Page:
- Camera, lenses, and attachments (15%) – selecting the appropriate lens based on subject size, distance, and desired perspective.
- Composition and design (17%) – subject placement within image, props, location, posing, color harmony, coordination of subject and background.
- Digital post production (13%) – color space, file formats, resolution, calibration, manipulation of digital images in Photoshop.
- Exposure and meters (20%) – how to meter for correct exposure, the relationship between shutter speed, ISO, and aperture, and how to verify proper exposure (histograms).
- Film, digital capture and output (15%) – selection of appropriate film based on lighting conditions and final product needed, identify and correct problems in both negative printing and digital image printing.
- Lighting (20%) – to how best light a subject, types of lighting, lighting equipment, lighting ratios, lighting usage (main vs. fill), selection of appropriate filter to color correct a light source, inverse square law.
Photographers who are certified must recertify every 5 years. Recertification can happen in one of three ways. One option is to retake the exam. Another option is to obtain 25 education units. The last option is to obtain 10 education units and resubmit 20 new images for review. Details about what counts toward education units can be found on the Certified Photographer website.
How did I pick my images?
I am lucky that I had enough client images to pull from over the past 24 months, as self-assignments are not allowed. I am not sure if anyone at the Professional Photographic Certification Commission digs deep enough to confirm this but it was not worth the risk so although I loved some of the images from my self-assignments, I stuck with client images. I wanted to show that I knew how to light things differently to achieve different results, so I made sure I included examples of varying light ratios. My client work is pretty much only portraits (no weddings or commercial work), and mostly babies and kids. I chose the bulk of my 20 images to be babies and kids, but threw in an example maternity portrait and professional headshot since I also do several of those sessions each year.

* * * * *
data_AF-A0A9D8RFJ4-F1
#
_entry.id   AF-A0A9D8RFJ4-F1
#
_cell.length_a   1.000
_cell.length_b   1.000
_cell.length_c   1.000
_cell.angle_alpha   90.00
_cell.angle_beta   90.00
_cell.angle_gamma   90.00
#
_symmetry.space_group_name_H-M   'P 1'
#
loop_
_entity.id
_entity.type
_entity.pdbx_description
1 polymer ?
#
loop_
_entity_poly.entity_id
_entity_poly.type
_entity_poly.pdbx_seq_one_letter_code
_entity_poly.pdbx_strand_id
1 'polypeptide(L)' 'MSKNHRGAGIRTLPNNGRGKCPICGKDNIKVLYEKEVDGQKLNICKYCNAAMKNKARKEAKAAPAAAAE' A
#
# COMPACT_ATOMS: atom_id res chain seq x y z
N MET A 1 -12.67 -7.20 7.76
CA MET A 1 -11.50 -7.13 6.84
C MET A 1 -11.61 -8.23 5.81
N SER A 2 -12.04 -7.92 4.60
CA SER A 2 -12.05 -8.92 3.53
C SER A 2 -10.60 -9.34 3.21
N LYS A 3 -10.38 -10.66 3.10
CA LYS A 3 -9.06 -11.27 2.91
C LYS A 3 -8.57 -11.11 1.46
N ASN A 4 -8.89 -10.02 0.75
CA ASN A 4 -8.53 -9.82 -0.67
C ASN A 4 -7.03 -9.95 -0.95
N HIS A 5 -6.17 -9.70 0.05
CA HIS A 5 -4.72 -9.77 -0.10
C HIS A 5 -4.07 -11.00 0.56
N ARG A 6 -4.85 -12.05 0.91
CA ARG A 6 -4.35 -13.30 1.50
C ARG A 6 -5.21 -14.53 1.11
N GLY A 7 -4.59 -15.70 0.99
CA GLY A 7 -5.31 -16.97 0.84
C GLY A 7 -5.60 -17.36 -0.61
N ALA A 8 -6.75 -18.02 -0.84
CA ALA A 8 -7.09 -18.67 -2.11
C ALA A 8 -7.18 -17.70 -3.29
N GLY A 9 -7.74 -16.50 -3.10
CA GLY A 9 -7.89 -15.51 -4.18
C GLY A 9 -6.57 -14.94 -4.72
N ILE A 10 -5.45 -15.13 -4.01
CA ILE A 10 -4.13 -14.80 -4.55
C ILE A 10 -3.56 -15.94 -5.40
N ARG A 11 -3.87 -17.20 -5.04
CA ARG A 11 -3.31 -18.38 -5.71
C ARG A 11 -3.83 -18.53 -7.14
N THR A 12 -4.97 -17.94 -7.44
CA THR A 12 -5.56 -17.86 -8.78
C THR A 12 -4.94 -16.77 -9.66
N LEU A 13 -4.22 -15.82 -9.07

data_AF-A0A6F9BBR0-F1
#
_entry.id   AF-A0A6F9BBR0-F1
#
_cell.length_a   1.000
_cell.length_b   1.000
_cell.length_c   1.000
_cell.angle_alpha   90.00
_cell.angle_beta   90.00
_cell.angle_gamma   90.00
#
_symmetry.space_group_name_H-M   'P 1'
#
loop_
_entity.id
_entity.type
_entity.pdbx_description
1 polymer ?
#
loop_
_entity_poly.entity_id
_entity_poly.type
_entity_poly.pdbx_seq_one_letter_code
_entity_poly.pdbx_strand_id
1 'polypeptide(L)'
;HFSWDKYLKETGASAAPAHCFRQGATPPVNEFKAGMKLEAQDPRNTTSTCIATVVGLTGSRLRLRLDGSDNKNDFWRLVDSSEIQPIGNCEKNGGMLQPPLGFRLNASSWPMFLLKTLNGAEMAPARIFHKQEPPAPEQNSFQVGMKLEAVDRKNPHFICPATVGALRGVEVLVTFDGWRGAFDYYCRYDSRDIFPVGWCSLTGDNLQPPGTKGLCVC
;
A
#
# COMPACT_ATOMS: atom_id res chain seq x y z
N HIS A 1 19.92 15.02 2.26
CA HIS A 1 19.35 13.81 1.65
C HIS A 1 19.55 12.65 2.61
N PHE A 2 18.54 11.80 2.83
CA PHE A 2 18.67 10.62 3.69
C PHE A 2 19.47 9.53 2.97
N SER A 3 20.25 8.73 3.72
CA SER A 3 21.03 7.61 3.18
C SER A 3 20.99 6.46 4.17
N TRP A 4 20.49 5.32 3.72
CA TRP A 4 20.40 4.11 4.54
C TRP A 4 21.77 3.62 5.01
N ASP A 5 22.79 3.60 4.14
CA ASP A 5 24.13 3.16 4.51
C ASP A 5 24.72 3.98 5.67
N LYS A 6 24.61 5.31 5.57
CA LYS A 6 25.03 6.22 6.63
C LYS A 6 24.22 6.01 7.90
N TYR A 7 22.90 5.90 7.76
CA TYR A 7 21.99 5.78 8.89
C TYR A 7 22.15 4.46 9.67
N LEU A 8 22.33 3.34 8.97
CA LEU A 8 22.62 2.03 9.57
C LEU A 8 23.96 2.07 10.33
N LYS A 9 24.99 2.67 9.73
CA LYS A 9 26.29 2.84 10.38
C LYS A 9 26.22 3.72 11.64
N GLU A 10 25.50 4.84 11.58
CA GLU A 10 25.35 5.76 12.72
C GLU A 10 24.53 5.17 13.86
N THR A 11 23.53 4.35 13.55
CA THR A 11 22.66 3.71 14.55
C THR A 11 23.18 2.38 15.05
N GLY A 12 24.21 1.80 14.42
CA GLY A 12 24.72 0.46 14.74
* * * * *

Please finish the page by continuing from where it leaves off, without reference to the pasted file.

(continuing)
How did I prepare for the exam?
I was really lucky to undertake this effort at the same time Sandy Puc was running the “Certify With Sandy” campaign. Sandy Puc committed to helping 1000 photographers become certified by making educational resources such as webinars and forums available. It was so great to have those extra resources available while studying. I also used the book recommended by the Professional Photographic Certification Commission as a study guide. The book is “Photography” by London and Upton. It turns out that I already had this book in my personal collection, but I have an older edition than the current test is based upon. Fortunately there in an online companion website for the newer edition of the London and Upton book so I was able to use that online site along with my older hard copy of the book.
Was the test hard?
Yes, I thought it was. I thought there were several questions that had more than one answer that could be correct, so it was tough to think through which one was the “most correct.” It’s embarrassing to admit that I did not leave the exam feeling very confident. Because of the Certify with Sandy program, the exam is being offered more frequently this year than it normally is. When I got home from the exam, I was looking at where else in the Midwest the exam was being offered this year just in case I needed to retake it. Needless to say, I was pleasantly surprised to get that blue envelope in the mail with my passing test score inside. If you ask my mom, she will tell you that is just part of my personality and has been for my entire life – that I always stress out thinking I did bad on a test but then do fine on it. Right again, Mom!
So what has really changed?
A lot! I am so honored to be part of the elite percentage of CPPs in the world today. I hope this designation will help distinguish me from my competition and assure my clients they are in good hands.
It’s almost the end of 2010. If you are a photographer looking for a professional goal to set for yourself for 2011, I think getting certified is a great one!